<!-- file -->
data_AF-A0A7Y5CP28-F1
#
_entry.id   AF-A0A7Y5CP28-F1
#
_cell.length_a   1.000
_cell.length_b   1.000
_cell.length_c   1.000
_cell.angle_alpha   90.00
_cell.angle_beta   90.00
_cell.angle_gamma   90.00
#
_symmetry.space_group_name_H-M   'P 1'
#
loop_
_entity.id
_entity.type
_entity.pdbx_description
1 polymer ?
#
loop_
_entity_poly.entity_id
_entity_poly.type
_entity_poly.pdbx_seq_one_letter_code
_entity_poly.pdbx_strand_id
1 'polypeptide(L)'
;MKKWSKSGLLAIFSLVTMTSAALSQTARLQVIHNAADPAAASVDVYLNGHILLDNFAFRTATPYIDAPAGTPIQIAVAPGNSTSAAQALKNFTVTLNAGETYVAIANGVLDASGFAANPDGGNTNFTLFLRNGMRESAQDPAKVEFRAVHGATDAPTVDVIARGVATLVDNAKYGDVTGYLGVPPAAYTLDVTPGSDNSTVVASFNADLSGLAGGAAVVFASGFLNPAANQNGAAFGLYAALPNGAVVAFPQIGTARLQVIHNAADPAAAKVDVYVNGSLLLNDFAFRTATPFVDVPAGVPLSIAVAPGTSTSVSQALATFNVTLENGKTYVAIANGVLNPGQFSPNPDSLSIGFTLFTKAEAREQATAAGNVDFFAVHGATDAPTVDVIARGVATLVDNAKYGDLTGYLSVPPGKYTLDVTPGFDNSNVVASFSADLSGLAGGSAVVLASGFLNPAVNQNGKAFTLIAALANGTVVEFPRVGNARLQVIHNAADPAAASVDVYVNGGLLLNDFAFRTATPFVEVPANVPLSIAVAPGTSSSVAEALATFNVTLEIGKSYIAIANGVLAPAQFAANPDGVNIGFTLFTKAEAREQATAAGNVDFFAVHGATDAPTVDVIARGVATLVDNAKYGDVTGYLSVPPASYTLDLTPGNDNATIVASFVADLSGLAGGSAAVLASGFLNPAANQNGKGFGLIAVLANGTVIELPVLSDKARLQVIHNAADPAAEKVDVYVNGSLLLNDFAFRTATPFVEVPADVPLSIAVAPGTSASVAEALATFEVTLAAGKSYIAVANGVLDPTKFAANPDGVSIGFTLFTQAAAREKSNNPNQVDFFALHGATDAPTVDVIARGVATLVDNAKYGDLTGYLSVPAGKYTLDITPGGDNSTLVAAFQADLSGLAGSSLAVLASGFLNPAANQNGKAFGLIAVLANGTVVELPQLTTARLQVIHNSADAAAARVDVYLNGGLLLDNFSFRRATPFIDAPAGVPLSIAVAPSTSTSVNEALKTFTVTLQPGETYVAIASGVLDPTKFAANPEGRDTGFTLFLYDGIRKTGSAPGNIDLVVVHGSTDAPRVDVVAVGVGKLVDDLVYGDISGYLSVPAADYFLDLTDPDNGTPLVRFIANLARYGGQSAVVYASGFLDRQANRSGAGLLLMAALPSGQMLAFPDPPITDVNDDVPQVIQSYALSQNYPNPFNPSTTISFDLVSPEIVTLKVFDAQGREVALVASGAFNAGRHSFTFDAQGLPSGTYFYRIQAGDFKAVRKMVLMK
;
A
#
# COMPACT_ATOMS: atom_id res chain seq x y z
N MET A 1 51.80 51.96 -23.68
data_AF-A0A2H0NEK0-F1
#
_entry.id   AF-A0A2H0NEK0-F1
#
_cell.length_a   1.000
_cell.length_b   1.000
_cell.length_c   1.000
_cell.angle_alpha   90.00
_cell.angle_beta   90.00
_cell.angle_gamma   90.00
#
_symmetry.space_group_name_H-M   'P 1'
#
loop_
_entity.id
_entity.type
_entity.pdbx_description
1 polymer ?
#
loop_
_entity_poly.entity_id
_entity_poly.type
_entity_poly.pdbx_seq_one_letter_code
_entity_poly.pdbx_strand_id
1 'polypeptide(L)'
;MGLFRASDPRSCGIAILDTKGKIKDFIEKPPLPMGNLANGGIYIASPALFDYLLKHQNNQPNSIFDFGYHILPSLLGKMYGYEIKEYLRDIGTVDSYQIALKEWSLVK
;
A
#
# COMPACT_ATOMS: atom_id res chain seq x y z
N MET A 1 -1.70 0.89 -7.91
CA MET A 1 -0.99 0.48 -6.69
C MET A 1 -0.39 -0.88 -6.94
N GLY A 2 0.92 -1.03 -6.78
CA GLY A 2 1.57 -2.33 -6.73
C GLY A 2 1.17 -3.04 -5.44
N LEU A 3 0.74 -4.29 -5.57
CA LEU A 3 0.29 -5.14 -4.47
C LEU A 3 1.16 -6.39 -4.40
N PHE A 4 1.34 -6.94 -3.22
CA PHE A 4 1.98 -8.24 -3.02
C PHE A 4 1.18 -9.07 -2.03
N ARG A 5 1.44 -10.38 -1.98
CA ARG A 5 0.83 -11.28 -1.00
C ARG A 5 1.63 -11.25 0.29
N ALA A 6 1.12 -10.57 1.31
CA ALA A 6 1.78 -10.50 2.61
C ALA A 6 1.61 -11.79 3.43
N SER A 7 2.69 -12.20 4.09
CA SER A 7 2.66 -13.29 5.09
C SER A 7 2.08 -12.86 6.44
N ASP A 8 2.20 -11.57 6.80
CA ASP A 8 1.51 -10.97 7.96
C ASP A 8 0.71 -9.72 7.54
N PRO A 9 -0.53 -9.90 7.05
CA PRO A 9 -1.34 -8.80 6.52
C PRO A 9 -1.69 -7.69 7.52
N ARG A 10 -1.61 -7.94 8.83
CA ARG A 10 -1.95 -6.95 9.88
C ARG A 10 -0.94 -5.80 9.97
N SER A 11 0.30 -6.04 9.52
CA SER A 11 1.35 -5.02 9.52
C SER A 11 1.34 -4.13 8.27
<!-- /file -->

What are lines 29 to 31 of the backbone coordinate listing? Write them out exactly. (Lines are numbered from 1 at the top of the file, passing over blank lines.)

#
# COMPACT_ATOMS: atom_id res chain seq x y z
N MET A 1 51.80 51.96 -23.68